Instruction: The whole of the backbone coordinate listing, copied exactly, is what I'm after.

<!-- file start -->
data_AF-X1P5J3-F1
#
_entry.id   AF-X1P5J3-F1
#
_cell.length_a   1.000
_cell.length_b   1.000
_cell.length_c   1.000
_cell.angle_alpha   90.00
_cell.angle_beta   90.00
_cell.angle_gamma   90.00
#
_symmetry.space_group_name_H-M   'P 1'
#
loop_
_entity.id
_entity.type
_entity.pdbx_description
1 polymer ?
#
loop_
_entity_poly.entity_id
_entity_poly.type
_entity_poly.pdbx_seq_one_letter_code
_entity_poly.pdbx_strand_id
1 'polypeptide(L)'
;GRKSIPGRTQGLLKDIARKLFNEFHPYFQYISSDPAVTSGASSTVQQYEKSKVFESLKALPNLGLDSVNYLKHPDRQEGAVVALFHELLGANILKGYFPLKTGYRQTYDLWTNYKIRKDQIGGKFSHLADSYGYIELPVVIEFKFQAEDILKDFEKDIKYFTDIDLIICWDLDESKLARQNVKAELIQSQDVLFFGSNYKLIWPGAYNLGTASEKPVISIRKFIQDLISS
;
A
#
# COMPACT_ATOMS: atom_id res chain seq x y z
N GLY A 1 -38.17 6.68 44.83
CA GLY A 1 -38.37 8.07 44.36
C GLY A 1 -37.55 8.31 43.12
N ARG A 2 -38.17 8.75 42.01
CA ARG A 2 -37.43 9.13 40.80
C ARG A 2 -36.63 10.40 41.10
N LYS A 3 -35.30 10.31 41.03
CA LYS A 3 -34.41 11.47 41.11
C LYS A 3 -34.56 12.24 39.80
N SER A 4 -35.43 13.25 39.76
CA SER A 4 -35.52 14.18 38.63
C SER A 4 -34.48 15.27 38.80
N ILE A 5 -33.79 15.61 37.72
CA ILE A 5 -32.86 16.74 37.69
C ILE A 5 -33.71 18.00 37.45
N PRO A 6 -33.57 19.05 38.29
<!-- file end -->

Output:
data_AF-X1P5J3-F1
#
_entry.id   AF-X1P5J3-F1
#
_cell.length_a   1.000
_cell.length_b   1.000
_cell.length_c   1.000
_cell.angle_alpha   90.00
_cell.angle_beta   90.00
_cell.angle_gamma   90.00
#
_symmetry.space_group_name_H-M   'P 1'
#
loop_
_entity.id
_entity.type
_entity.pdbx_description
1 polymer ?
#
loop_
_entity_poly.entity_id
_entity_poly.type
_entity_poly.pdbx_seq_one_letter_code
_entity_poly.pdbx_strand_id
1 'polypeptide(L)'
;GRKSIPGRTQGLLKDIARKLFNEFHPYFQYISSDPAVTSGASSTVQQYEKSKVFESLKALPNLGLDSVNYLKHPDRQEGAVVALFHELLGANILKGYFPLKTGYRQTYDLWTNYKIRKDQIGGKFSHLADSYGYIELPVVIEFKFQAEDILKDFEKDIKYFTDIDLIICWDLDESKLARQNVKAELIQSQDVLFFGSNYKLIWPGAYNLGTASEKPVISIRKFIQDLISS
;
A
#
# COMPACT_ATOMS: atom_id res chain seq x y z
N GLY A 1 -38.17 6.68 44.83
CA GLY A 1 -38.37 8.07 44.36
C GLY A 1 -37.55 8.31 43.12
N ARG A 2 -38.17 8.75 42.01
CA ARG A 2 -37.43 9.13 40.80
C ARG A 2 -36.63 10.40 41.10
N LYS A 3 -35.30 10.31 41.03
CA LYS A 3 -34.41 11.47 41.11
C LYS A 3 -34.56 12.24 39.80
N SER A 4 -35.43 13.25 39.76
CA SER A 4 -35.52 14.18 38.63
C SER A 4 -34.48 15.27 38.80
N ILE A 5 -33.79 15.61 37.72
CA ILE A 5 -32.86 16.74 37.69
C ILE A 5 -33.71 18.00 37.45
N PRO A 6 -33.57 19.05 38.29